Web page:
Lucid Culture

JAZZ, CLASSICAL MUSIC AND THE ARTS IN NEW YORK CITY

Lea Bertucci Brings Her Otherworldly Sonic Cocoon to Downtown Brooklyn

Sound artist Lea Bertucci‘s magically enveloping ep Resonant Field materialized here back in May and is streaming at Bandcamp. She’s playing on a great twinbill on Oct 22 at 8:30 PM at Issue Project Room in a duo set with alternately feral and meticulous singer Amirtha Kidambi  opening for improvisational Japanese noise band Asa-Chang & Junray in their US debut. Cover is $15/$12 stud/srs.

The first track on the album is Wind Piece, a desolately drifting tableau with creepy microtones, close-harmonied resonances and stealthy, squiggly accents filtering through the mix. Finally, at the end, Robbie Lee fires off (or more likely, loops) a series of triumphant riffs on baroque flute.

The second track, Warp & Weft comes across as what might happen if the reeds around the low A key on an accordion decided to all meditate themselves into a vast poppy field populated by the occasional slug or wandering bee, eventually taking shelter as a gentle rain moves in. Bassist James Ilgenfritz’s increasingly unhinged, tremoloing, heavily processed lines as the piece winds out raises the adrenaline factor exponentially.

Bertucci layers drones, slowly rising sheets of sound and uneasy, wavering phrases in the even more epic, practically eighteen-minute title track. A multi-layered, ghostly, gently echoing, dynamically shifting, Pink Floydian rainscape ensues.

Bertucci closes the recording with Deliquescence, its flickers and then eerie, concentric upper-register circles over omious brown noise wafting in the background, You are returning to the primordial ooze that spawned you and still loves you after many thousands of years, so dive in.

October 20, 2019 Posted by | avant garde music, Music, music, concert, review, Reviews | , , , , , , , , , , , , , , | Leave a comment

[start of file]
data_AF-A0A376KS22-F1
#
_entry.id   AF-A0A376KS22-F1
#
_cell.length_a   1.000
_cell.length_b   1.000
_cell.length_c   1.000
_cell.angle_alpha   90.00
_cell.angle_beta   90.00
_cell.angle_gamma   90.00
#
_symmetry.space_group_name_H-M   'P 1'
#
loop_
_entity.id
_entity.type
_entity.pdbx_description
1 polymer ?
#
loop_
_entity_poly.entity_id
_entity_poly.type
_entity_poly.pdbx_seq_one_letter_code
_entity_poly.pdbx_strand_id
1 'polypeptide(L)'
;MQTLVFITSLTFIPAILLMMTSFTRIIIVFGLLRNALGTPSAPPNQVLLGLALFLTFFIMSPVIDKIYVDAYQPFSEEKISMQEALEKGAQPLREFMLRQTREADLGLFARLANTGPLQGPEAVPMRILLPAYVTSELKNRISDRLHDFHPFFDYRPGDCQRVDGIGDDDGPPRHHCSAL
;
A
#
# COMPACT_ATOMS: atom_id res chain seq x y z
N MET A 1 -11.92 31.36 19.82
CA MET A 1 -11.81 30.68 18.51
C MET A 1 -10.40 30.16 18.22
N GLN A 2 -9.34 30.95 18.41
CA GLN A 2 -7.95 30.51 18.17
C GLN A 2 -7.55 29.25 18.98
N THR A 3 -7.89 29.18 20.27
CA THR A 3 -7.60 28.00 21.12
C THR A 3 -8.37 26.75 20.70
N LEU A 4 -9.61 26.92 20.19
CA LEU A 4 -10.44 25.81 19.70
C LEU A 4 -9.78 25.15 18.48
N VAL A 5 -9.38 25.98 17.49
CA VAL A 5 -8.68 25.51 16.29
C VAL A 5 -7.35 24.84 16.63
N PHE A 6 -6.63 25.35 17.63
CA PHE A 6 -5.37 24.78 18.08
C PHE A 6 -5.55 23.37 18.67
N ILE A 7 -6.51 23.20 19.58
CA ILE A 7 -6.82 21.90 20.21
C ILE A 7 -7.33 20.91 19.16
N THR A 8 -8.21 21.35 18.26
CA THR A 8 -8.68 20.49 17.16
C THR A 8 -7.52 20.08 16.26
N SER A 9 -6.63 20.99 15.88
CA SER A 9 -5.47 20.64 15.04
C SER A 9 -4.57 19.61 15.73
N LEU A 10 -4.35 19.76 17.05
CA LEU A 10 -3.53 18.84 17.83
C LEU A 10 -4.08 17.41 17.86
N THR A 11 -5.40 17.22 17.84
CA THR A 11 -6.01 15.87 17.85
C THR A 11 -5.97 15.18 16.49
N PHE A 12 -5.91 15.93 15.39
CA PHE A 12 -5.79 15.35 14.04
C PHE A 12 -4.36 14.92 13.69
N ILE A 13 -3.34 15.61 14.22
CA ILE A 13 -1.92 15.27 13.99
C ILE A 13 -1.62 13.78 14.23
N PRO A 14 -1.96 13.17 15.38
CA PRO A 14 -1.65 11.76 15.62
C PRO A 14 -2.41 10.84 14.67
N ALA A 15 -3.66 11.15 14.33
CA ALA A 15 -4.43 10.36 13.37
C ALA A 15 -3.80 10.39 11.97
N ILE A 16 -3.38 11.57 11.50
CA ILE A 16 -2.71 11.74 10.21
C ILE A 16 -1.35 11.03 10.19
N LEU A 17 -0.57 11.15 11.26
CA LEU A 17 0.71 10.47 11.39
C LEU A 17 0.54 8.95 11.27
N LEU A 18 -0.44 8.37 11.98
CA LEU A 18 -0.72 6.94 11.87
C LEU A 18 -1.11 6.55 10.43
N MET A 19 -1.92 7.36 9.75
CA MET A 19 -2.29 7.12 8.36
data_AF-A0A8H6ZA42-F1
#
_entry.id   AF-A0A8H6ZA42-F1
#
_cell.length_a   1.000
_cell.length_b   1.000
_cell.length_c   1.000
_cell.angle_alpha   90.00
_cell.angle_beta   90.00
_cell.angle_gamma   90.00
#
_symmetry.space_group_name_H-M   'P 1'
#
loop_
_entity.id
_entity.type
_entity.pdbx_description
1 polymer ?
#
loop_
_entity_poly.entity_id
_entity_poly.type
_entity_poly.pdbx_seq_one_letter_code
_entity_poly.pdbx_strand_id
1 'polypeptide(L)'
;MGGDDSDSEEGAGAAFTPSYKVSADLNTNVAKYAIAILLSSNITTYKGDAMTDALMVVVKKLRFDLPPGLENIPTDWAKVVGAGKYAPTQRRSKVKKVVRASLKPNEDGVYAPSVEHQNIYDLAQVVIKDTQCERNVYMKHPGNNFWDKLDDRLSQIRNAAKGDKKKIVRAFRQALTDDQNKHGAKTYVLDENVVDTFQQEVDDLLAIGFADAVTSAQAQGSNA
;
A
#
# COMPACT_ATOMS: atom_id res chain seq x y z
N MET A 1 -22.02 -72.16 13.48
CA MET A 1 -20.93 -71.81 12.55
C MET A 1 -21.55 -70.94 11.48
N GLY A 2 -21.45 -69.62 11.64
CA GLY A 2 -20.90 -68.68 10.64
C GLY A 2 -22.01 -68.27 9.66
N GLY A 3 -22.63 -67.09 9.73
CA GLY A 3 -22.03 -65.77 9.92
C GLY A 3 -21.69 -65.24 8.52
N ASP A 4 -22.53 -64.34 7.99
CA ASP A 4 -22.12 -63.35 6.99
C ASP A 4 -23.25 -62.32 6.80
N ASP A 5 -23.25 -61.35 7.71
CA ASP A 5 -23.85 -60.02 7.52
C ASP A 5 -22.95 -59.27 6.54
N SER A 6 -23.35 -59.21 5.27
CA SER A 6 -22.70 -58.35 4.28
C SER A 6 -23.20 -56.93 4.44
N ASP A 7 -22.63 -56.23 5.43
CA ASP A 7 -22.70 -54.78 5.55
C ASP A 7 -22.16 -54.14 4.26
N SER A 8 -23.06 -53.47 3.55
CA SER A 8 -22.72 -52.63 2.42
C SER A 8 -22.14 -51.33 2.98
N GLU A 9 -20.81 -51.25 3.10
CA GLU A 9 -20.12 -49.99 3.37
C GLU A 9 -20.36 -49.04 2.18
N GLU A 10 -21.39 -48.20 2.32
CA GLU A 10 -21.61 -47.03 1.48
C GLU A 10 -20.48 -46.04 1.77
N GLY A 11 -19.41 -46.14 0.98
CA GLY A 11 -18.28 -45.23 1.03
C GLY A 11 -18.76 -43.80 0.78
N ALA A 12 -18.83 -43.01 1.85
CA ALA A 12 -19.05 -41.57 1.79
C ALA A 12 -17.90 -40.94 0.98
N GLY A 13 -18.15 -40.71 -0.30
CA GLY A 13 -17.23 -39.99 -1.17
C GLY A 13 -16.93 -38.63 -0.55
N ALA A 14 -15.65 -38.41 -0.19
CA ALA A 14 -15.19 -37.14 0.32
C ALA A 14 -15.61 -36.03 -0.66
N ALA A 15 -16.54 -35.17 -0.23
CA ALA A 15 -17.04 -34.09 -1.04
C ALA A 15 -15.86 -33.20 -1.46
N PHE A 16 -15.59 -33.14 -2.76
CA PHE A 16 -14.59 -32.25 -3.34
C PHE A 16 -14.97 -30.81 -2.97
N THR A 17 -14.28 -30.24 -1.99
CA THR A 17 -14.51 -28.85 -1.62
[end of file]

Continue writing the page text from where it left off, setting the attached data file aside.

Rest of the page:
Intense, Allusively Political Improvisational Epics from Amirtha Kidambi

Singer/keyboardist Amirtha Kidambi’s work spans the worlds of jazz, Indian music and the avant garde. The relentless angst of her vocals was the icing on the cake throughout Mary Halvorson’s Code Girl album. As she puts it, her latest release, From Untruth – streaming at Bandcamp – contains “Four pieces grappling with issues of power, oppression, capitalism, colonialism, white supremacy, violence and the shifting nature of truth. This music means to give the listener momentary relief from the anxiety and pain caused by living in our current reality.”

The first track is the hypnotic, almost fourteen-minute dirge Eat the Rich. Kidambi runs a loopy gothic harmonium riff; Matt Nelson plays his tenor sax through a pedalboard for icy, squiggly effects; bassist Nick Dunston pounces and prances. Kidambi scats an insistent carnatic riff in tandem with the sax, then takes over the music as well while drummer Max Jaffe adds minimalist, thumping flourishes in the background. “Eat the rich or die starving,” is her mantra on the way out.

Nelson’s otherworldly, zurla-like atmospherics mingle with Kidambi’s similarly uneasy vocalese and synth as Dance of the Subaltern opens, then the rhythm section kicks into an insistently pulsing 7/8 groove and everyone goes off to squall by themselves. Murky, toxically pooling synth and video gunners in space ensue before Kidambi returns, handling both sides of a simple and emphatic conversation weighing victory versus defeat. 

Tightly wound atonal clusters from the whole ensemble converge in Decolonize the Mind, which shifts to what sounds like ambient bagpipe music before Nelson’s wryly oscillating chromatic riffage signals a blazing bhangra-inflected crescendo. The album’s coda is the epic, fourteen minute-plus title track. The atmospheric intro brings to mind Amina Claudine Myers’ work with the AACM, then vocals and sax intertwine to a sardonic march beat before Kidambi allows a sense of guarded hope to filter in over anthemic, ominously looping synth. Nelson echoes that with the album’s most lyrical, soaring solo; elastically snapping solo bass ushers in an unresolved ending.

Kidambi is just back from Mary Halvorson tour and playing Luisa Muhr’s Women Between Arts series at the glass box theatre at the New School (the new Stone) on April 13 at 4 PM with dancer Leyna Marika Papach and choreographer Lilleth Glimcher. Cover is $20, but the series’ policy is not to turn anyone away for lack of funds,

March 31, 2019 Posted by | avant garde music, jazz, Music, music, concert, review, Reviews | , , , , , , , , , , , , , , , | Leave a comment